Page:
Friday, August 12, 2011

Book Review: Full Dark, No Stars

While I was camping last week I had a chance to read up on Stephen’s King Full Dark No Stars, which is a collection of four novellas (five if you’ve got the special edition, which unfortunately I do not). I’ll review each one separately.


Probably the biggest story out of the four, a farmer named Wilfred decides to murder his wife, his wants to sell the land to his competition. This story takes place in a time when women have little rights, but Wilfred and his son have to deal with the consequences in often surprising ways.

I enjoyed this novella the most out of the four due to the creepy atmosphere and the surprising character twists. My only complaint is that the story ended a little too abruptly for my liking, giving a not-quite satisfying ending.


Big Driver:

Oh-boy, the main character is a writer. But before I turn on the usual ‘Stephen King ego’ warning, it is thankfully relevant to the story. On the way back from a conference mystery author Tess takes a bad shortcut home and is raped and left for dead. Rather than go to the police, she decides to take a vigilante approach and unravels a bigger mystery after she discovers that multiple people are involved.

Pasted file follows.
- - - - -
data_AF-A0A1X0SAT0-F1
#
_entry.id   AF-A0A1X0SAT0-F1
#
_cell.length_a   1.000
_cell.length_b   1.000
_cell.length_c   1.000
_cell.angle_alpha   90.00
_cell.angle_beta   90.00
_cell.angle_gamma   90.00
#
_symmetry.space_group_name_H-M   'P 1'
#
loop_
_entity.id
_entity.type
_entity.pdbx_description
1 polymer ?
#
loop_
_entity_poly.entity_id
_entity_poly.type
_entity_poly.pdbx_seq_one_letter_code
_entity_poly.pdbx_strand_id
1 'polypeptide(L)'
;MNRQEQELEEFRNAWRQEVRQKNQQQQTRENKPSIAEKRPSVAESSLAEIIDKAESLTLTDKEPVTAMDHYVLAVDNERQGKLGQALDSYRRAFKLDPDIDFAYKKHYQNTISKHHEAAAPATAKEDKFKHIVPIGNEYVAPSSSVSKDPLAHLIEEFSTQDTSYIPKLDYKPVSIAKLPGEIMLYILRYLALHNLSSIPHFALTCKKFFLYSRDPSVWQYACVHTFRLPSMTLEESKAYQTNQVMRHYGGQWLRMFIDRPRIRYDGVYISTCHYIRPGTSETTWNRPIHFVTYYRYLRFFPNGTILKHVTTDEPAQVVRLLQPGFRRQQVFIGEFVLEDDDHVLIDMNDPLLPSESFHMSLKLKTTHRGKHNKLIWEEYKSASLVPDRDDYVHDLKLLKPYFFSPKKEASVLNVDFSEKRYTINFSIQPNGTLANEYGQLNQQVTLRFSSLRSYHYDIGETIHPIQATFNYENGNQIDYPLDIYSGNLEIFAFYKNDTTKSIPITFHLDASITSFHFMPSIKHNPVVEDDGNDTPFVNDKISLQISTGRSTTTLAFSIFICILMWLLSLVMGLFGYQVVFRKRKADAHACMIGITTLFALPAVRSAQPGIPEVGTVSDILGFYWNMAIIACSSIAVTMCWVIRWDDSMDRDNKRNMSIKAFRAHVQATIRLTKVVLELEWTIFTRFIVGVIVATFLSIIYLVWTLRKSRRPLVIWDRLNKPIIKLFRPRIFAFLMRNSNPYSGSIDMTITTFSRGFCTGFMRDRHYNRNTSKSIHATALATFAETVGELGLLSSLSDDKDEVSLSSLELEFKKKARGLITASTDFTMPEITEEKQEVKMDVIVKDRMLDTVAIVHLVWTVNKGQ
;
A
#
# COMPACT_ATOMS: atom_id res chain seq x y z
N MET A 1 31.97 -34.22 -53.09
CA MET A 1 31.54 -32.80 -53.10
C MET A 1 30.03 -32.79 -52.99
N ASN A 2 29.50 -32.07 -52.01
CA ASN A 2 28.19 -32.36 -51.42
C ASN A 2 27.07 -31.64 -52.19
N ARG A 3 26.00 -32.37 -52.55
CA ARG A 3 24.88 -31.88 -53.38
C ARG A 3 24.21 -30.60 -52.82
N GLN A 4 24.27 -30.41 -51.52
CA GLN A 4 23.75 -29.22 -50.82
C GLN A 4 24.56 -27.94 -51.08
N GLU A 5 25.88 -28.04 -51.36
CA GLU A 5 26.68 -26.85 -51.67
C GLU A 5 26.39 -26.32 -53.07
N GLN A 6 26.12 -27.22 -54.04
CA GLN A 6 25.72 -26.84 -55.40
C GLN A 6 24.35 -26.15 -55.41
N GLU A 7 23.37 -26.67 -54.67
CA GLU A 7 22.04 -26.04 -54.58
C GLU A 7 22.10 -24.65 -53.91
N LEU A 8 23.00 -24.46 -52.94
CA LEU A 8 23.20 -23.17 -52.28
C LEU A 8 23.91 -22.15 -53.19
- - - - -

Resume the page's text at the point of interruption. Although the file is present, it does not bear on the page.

It was harder for me to get emotionally involved in this story when compared to 1922. I’m not squeamish about rape stories, but there was a disconnection for me in this story with the main character-who, to be honest, I found a little boring. Often I found myself skimming the pages to get to the action. There are good parts in this novella, but I couldn’t stay that hooked.


Fair Extension:

I really, really wanted to like this story. The first half is actually really good-Dave, a man with terminal cancer meets up with a merchant who offers him a life extension. In return, someone Dave hates (Tom) has to receive a curse. Both characters are pretty interesting during the exchange.

Unfortunately, what follows is a narrative account of how both Dave and Tom’s lives play through over the next year, with Dave getting progressively better and Tom becoming progressively worse. There’s no particular reaction from Dave towards Tom’s misfortune, even when his children are afflicted in horrifying ways. Dave doesn’t make any effort to confess, atone, or do anything to fix this scenario. Eventually the narration ends, and nothing really happens. Disappointing.


A Good Marriage:

Darcy has always been a good wife of twenty years, until she uncovers a secret box in their family basement. She quickly learns that her husband Bob has been leading a horrible double life.

As before I preferred the first half to the second half, particularly with Darcy’s discover and Bob’s confession to her. Stephen King depicts a very real and terrifying scenario that could happen to anyone. While I do understand Darcy’s resolution in the end, I would have preferred to see things fleshed out a little more. Still, it’s a very entertaining read.


Overall? A great read with some bone-chilling stories.

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